We all have these Instagram-worthy images in our heads of cooking with kids: cute little fingers carefully reaching to grab something with ease and perfection, working in some sort of math lesson about volume measurement, fractions and numbers all at the same time, and of course their direction following is so spot on that an Army drill sergeant would be proud. In reality, cooking with kids looks pretty much nothing like this. This is absolutely true for my home, and I run an Instagram-worthy cooking feed account that landed me on the Food Network.
So, step one of cooking with kids: lower your expectations. Once you have come to terms with that you can accomplish the teachable moment and have a wonderful time with your kids. Just be prepared to say “wash your hands” and “stop licking that” with greater frequency than anticipated.
Here are some simple tips for making cooking with kids a much more peaceful experience:
Mise en place — a popular French term used in restaurants which basically means “put in place” or “everything in its place,” Cooking with kids can be a bit disjointed, so having everything ready to go at the start of the cook can be really helpful. That way, you’re not rummaging through your pantry to flour while your kiddos have an egg smashing contest in the kitchen.
Math or science — It is actually incredibly simple to incorporate educational aspects into cooking by asking random questions. I am also a teacher by trade, and literally anything can be turned into an educational question, you just have to ask.
“Looking at this measuring cup, I can see that this half a cup is halfway to the 1 cup marker. How much more do you think you’ll need to get to 1 full cup?”
“How many more cups of flour are there than sugar? What is the difference?”
“Baking soda and baking powder help the bread rise. What kind of scientific reaction is that?”
“What are our ‘wet’ ingredients? What are the ‘dry’ ones?”
Taking turns — My kids are 5 and 7. Maybe yours are older, maybe younger. Maybe you have one child or five. But mine seem to need a sense of equity in participation. Plan their jobs ahead of time, and make expectations/roles clear … and even then there will still be petty squabbling. I am not a miracle worker here.
Mix “healthy” ingredients with fun ones — Here I had added chocolate to zucchini bread. This is a pretty transparent example of this. When we make pizzas, I will add in one vegetable that they haven’t tried before. Also, giving them choices and making them part of the process means they are more likely to try new things.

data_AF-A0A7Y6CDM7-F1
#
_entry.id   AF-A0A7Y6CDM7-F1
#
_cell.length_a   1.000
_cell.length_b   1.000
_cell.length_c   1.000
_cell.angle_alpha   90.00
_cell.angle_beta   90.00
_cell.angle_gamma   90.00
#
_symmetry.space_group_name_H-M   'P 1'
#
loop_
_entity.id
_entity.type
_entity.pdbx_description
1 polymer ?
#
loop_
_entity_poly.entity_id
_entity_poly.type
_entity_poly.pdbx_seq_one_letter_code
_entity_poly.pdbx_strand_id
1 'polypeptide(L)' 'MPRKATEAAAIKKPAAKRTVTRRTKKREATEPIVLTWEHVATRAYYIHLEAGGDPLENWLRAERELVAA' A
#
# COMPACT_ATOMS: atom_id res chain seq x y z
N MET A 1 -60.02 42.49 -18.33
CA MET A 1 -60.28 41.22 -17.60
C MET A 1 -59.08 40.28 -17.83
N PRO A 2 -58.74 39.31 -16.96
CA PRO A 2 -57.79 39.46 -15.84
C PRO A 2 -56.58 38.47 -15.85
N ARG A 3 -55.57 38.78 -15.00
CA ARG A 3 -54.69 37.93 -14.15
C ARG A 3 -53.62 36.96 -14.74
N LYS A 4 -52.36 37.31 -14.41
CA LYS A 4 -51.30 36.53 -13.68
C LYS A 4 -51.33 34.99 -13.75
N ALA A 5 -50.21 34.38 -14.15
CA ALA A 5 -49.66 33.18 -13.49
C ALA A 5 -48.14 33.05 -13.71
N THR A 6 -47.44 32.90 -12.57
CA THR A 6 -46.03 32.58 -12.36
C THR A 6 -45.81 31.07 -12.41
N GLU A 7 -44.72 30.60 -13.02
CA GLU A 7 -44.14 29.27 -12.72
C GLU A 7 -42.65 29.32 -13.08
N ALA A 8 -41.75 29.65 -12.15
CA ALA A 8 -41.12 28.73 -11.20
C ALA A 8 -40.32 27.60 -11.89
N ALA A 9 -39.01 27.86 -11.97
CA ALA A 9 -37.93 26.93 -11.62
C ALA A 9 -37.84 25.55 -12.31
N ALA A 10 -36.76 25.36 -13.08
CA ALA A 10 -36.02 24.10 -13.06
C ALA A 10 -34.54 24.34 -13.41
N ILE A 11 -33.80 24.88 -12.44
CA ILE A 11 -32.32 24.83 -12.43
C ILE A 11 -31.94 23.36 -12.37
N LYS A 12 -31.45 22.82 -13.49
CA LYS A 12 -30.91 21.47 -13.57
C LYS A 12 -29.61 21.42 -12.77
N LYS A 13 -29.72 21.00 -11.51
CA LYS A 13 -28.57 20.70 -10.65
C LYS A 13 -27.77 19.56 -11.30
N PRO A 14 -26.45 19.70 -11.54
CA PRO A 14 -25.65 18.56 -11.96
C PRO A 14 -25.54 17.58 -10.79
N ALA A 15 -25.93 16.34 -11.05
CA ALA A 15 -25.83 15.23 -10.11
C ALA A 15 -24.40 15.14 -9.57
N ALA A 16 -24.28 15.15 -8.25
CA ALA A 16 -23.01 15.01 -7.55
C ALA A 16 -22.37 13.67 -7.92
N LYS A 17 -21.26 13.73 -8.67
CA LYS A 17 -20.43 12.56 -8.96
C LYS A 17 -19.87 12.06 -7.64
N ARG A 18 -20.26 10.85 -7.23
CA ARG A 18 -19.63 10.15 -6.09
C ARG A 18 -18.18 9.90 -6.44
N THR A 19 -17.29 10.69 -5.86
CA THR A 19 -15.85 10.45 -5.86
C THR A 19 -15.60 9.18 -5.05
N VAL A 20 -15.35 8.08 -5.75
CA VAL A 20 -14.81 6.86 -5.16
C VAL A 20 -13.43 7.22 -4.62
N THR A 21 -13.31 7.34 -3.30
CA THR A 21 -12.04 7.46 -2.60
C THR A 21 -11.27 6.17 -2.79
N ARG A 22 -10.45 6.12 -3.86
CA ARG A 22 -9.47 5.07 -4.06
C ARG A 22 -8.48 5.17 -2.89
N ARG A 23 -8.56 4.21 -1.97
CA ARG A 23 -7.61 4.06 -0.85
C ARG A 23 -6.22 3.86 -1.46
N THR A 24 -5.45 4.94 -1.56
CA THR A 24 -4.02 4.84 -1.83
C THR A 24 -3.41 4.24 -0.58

Consider a subscription service — There are kids cooking subscription services out there (Radish comes to mind) that already are centered around cooking and learning. They feature simple ingredients that are kid friendly and incorporate loads of learning.
So be easy on yourself and focus on the fact that this is more about learning new skills and spending time together than a relaxing peaceful cooking experience. We are all a little cooped up right now and our well-intentioned Pinterest at home learning moments are losing their momentum. So just take a step back and learn how to enjoy cooking with your kids without it looking exactly how you envisioned.
Chocolate Chunk Zucchini Bread
2 ½ cups all-purpose flour
1 tsp baking powder
1 tsp baking soda
½ tsp salt
1 ½ tsp cinnamon
1 cup sugar
2 tsp vanilla
¼ cup butter
1 can crushed pineapple
1 large grated zucchini (roughly 2 cups after grating, not firmly pressed)
4 oz chocolate (I used a chopped up a baking bar, but you could use chocolate chips)
- In a large mixing bowl, combine all the dry ingredients (flour, sugar, baking soda, baking powder, salt and cinnamon) lightly stir together with a fork.
- Add your “wet” ingredients (eggs, vanilla, melted butter, crushed pineapple) and blend until the ingredients are well incorporated.
- Mix in the grated and pressed zucchini and the chocolate and mix again.
- Bake for 30-50 minutes at 350 degrees. When I cooked this recipe, it was pretty much doubled. I cook everything to taste, so sometimes I keep adding and adding. In the end I had a ton of batter, so I halved it for you. I cooked half in a large cast iron skillet (30 minutes at 350 degrees) and I cooked the other half in a typical bread loaf dish (50 minutes at 350 degrees).